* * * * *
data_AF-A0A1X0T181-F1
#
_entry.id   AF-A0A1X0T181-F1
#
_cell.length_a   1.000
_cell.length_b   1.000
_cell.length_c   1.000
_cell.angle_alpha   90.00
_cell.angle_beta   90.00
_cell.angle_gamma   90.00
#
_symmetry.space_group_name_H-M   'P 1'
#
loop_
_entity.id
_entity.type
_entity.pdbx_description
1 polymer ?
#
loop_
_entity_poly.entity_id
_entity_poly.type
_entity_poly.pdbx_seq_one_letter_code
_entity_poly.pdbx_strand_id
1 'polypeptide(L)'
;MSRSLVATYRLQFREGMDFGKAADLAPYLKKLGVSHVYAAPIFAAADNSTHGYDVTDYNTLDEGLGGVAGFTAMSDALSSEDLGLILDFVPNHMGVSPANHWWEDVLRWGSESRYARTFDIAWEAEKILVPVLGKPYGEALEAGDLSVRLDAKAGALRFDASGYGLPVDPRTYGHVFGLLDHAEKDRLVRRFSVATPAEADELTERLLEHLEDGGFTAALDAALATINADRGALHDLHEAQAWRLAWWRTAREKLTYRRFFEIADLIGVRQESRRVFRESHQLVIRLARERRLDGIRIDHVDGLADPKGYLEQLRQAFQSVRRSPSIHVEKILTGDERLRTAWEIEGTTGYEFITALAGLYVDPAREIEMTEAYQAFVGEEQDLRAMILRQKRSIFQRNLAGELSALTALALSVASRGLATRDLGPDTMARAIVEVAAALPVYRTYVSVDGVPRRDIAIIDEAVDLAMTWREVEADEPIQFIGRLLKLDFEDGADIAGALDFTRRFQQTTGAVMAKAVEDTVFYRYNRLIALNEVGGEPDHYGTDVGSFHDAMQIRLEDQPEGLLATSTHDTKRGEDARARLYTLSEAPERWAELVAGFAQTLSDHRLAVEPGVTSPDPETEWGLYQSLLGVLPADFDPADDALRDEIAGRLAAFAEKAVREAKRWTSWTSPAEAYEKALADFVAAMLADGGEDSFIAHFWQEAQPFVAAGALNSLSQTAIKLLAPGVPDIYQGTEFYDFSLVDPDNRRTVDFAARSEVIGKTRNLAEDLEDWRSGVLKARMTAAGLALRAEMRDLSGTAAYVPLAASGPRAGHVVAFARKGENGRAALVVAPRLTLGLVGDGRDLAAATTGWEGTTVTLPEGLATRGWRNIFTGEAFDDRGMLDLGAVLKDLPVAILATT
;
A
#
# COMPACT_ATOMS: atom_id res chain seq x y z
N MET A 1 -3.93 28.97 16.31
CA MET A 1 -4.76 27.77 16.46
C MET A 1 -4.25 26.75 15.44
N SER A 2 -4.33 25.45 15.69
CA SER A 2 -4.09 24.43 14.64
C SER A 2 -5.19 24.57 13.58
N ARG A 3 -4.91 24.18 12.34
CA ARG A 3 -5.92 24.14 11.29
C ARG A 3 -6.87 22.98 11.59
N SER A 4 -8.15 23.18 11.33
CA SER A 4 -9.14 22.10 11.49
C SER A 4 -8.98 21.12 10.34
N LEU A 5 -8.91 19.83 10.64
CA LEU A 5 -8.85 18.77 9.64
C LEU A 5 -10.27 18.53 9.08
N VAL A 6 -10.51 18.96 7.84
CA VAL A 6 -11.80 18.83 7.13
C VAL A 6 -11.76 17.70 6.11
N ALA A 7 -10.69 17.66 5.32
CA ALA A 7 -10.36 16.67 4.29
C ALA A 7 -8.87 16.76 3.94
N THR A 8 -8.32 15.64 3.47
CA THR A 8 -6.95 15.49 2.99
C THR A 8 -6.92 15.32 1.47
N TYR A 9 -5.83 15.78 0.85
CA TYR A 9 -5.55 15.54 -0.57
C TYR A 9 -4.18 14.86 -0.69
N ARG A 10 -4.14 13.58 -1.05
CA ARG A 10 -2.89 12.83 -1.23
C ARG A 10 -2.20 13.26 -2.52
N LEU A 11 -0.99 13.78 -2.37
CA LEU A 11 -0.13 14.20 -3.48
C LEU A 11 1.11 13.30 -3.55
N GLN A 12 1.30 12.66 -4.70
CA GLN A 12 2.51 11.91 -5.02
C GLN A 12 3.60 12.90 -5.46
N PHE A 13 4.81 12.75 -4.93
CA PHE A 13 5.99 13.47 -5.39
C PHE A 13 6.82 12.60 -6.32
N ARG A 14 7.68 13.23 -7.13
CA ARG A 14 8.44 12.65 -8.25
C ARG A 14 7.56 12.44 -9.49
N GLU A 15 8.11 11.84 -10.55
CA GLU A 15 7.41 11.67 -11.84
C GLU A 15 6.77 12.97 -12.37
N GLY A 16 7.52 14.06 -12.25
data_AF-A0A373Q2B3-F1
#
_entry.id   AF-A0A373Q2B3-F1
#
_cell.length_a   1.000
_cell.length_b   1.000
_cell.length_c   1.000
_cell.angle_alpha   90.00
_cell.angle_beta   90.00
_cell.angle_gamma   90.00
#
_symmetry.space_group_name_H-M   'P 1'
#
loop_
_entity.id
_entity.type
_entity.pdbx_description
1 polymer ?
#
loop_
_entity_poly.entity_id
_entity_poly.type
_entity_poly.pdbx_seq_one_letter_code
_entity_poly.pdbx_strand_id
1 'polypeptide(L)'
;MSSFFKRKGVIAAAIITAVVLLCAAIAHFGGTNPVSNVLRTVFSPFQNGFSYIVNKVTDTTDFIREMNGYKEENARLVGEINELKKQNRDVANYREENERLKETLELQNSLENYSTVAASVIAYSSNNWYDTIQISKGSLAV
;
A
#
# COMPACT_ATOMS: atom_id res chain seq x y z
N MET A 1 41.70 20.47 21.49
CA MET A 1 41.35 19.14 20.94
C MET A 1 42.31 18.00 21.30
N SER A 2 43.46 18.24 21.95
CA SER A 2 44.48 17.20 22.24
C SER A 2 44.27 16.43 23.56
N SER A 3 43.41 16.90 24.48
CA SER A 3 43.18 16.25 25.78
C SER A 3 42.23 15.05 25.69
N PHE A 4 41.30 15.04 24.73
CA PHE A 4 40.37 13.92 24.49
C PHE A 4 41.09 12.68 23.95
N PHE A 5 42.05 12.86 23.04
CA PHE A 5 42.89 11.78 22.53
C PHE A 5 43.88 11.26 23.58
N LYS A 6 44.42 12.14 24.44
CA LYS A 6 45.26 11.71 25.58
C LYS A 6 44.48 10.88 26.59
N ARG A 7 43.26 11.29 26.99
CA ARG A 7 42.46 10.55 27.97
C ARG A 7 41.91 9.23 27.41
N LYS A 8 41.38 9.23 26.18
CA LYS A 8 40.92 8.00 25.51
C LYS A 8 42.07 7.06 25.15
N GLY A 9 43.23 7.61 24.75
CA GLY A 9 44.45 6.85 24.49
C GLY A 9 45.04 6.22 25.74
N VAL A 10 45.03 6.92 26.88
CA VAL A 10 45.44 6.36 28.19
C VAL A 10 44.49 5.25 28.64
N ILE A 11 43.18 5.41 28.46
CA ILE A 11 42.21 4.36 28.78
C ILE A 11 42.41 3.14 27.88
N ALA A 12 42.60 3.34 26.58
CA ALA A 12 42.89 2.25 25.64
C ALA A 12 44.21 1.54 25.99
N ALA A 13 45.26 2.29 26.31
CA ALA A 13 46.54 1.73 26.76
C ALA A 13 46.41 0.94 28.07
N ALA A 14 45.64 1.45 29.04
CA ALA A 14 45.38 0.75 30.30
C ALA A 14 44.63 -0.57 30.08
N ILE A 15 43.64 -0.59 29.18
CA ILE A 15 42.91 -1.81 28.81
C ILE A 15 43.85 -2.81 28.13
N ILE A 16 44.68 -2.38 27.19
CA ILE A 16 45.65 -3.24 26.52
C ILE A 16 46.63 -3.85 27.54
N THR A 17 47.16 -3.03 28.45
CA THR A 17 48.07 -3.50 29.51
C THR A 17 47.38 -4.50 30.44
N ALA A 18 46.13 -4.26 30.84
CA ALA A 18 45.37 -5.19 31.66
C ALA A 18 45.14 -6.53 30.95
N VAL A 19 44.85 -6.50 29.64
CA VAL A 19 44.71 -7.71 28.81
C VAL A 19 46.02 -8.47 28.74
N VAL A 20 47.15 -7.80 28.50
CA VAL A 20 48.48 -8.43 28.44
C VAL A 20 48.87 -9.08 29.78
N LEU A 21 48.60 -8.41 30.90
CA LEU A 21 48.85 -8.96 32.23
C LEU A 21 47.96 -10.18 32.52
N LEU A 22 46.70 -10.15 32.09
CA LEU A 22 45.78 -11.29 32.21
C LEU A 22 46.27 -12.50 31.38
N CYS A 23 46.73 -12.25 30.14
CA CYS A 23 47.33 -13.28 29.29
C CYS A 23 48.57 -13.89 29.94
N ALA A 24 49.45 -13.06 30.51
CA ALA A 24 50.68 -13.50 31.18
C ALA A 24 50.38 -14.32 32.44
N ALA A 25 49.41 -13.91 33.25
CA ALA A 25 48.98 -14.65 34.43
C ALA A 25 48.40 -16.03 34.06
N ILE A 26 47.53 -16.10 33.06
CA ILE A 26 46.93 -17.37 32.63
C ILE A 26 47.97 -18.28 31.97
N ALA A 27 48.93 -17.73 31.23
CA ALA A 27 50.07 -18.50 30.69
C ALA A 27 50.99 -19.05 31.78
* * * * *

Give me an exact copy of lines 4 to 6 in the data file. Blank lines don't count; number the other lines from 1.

#
_cell.length_a   1.000
_cell.length_b   1.000